In a previous blog post, I gave an overview of the CloudFest Hackathon. At this event my team created a plugin for WordPress which added additional health checks for MariaDB. Since the Hackathon we have managed to get this plugin into the official WordPress plugin repository and are working on improving it.
The plugin is designed in a modular way with multiple parts that can be useful for WordPress administrators. The following is a breakdown of all the parts currently in the plugin.
One of the core features is gathering metrics about the queries executed. At the moment it collects average query execution time and number of database queries executed. This is done using a wrapper around the WPDB class in WordPress to add a hook at the end of the query execution. The down side of this is a few queries are missed prior to the plugin being loaded during execution. But it does mean we do not have to modify WordPress’s source code to capture this data. It also means we don’t have to use WordPress’s “SAVEQUERIES” debugging mode which, whilst gathering the same data, can significantly increase execution time.
Inside the dashboard you can find this data charted for the last 24 hours. This can be useful to spot things such as any significant changes a new plugin makes to your database usage, and potentially execution / load times.
The data for this chart is stored in a new table which is automatically pruned daily. The raw data is shown in a table below the chart to make it easier to consume. There is also an option to change the graph’s contrast to help with visual impairment.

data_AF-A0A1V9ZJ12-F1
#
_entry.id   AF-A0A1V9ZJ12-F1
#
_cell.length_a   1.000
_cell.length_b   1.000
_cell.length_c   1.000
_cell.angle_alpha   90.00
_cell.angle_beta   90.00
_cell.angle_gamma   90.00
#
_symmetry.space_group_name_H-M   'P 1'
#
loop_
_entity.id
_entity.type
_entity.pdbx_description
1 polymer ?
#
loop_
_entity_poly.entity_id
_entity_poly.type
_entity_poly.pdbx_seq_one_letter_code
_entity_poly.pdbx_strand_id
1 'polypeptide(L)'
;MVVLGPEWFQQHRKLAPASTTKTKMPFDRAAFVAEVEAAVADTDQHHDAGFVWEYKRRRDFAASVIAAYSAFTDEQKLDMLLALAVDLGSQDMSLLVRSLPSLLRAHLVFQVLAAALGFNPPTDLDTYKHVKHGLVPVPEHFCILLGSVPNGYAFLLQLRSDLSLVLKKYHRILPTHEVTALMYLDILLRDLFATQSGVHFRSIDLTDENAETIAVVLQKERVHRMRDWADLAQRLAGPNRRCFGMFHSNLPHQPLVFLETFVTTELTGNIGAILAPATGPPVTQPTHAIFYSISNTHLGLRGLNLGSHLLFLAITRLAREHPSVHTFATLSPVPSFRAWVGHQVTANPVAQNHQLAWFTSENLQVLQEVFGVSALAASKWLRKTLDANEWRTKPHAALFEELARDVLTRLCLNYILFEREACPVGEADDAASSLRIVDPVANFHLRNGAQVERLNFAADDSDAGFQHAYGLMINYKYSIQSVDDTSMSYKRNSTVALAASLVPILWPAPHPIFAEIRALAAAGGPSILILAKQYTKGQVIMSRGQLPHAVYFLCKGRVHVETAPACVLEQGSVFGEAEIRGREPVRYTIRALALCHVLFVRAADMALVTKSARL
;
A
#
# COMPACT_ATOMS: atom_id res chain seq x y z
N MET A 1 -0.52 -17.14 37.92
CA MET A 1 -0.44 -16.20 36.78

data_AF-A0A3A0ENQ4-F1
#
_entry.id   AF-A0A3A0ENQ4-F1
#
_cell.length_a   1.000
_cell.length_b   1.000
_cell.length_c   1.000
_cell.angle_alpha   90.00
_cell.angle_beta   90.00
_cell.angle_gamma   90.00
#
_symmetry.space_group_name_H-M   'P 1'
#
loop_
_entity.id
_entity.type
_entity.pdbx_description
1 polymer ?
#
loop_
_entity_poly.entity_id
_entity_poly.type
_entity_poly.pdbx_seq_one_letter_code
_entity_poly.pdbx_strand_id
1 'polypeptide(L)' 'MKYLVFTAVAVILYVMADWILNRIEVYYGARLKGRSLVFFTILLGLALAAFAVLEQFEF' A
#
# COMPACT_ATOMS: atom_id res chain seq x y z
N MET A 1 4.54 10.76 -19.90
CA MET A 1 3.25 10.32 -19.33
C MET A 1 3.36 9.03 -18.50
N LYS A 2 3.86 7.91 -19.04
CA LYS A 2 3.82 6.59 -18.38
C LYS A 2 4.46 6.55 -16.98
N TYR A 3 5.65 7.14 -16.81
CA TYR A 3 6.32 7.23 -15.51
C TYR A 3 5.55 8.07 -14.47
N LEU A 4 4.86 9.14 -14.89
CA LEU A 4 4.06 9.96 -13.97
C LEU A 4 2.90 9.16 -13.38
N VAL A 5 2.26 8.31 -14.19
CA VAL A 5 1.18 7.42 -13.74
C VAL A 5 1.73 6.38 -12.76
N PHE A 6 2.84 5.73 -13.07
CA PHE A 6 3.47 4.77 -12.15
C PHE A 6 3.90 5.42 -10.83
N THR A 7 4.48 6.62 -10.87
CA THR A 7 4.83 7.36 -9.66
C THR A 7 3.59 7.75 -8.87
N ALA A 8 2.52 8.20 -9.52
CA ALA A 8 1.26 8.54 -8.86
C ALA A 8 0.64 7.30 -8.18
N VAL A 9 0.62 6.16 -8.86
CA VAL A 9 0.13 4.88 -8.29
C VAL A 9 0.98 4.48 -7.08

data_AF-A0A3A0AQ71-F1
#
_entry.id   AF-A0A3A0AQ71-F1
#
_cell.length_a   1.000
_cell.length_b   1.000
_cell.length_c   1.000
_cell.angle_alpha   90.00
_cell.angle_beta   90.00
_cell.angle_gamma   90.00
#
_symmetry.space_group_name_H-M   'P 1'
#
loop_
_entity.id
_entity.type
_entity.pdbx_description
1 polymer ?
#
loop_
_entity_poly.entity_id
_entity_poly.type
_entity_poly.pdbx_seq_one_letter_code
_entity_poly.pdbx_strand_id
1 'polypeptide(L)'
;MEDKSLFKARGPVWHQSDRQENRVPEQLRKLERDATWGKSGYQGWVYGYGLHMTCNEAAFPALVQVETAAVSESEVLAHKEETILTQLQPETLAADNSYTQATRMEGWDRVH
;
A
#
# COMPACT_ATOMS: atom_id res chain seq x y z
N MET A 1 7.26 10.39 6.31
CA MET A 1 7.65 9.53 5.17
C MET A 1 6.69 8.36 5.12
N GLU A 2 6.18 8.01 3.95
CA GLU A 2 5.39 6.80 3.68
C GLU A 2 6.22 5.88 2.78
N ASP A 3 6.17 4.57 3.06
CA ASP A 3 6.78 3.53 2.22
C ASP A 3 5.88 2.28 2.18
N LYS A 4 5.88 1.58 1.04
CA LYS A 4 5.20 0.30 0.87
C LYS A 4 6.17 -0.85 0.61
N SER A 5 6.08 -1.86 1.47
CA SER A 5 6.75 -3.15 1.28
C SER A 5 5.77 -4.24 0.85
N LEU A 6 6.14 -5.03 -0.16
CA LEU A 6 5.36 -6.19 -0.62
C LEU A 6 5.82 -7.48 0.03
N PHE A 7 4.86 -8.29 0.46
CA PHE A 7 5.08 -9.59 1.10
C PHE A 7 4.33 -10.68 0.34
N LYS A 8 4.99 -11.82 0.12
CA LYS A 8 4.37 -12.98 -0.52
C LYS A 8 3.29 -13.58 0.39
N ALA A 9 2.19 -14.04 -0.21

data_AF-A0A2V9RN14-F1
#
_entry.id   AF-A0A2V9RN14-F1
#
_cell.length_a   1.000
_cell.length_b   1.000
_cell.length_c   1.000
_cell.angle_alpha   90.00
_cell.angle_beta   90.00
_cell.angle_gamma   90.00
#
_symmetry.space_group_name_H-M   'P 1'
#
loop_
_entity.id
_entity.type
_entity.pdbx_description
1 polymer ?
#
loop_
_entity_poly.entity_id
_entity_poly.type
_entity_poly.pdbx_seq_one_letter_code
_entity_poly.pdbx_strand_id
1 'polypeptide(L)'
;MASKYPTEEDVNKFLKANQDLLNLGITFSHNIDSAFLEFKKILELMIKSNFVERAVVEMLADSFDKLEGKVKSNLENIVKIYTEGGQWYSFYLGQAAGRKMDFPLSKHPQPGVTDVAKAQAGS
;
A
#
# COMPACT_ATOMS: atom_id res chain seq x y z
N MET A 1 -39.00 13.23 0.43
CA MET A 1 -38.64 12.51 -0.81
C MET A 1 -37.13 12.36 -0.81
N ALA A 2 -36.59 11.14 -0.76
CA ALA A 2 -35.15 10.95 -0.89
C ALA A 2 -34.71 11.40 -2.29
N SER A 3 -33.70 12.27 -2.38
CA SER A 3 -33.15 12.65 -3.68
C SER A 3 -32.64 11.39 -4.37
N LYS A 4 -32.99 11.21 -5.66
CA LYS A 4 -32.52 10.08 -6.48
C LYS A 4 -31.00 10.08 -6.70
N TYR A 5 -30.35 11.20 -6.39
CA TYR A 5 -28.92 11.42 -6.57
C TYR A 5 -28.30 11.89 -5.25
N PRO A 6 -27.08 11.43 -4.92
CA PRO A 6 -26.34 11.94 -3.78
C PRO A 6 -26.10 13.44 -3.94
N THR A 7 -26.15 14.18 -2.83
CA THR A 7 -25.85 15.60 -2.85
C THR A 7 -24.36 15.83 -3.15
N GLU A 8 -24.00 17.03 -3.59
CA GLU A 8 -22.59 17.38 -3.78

Another features is the end-of-life checks for MariaDB. The plugin contains knows when each major version of MariaDB is no longer supported, it will notify you of the date of the version you are using and will warn you when the version you are using is too old.
I need to give massive thanks to Javier Casares for this feature, he was like a machine developing this and filling in all the details. The plugin will show the system variables for the server, broken up into categories. Each variable has a tooltip which will describe what the variable is. To cap it all off, Javier also translated it all into Spanish! You can see these in the screenshot above too.
One of the things I specified as part of the Hackathon is that the plugin had to have the ability for administrators to execute things at the touch of a button that will be useful to them. The obvious example for this is “histograms”, especially after the blog post I wrote about them. So, the Hackathon team added this first. At a push of a button in the “Tools” page the command to calculate histograms is run on your WordPress tables. The date they are last run is also shown so that you know when it is time to run them again.
In addition to having its own Tools menu option in WordPress, the plugin integrates with Site Health. There are two checks added to Site Health. The first is the end-of-life check and the second is whether or not Histograms have been run. As with other parts of the plugin, as more features are added we can easily add more checks in here too.
We want to make this tool more useful to administrators of WordPress, and we are listening to the WordPress community so that we can find out what useful additions can be made. We have a few ideas ourselves and I will be at WordCamp Europe 2023 to find out how we can help. If you have any suggestions, please visit the GitHub page and file an issue.
In the mean time you can find the plugin in the WordPress plugin directory.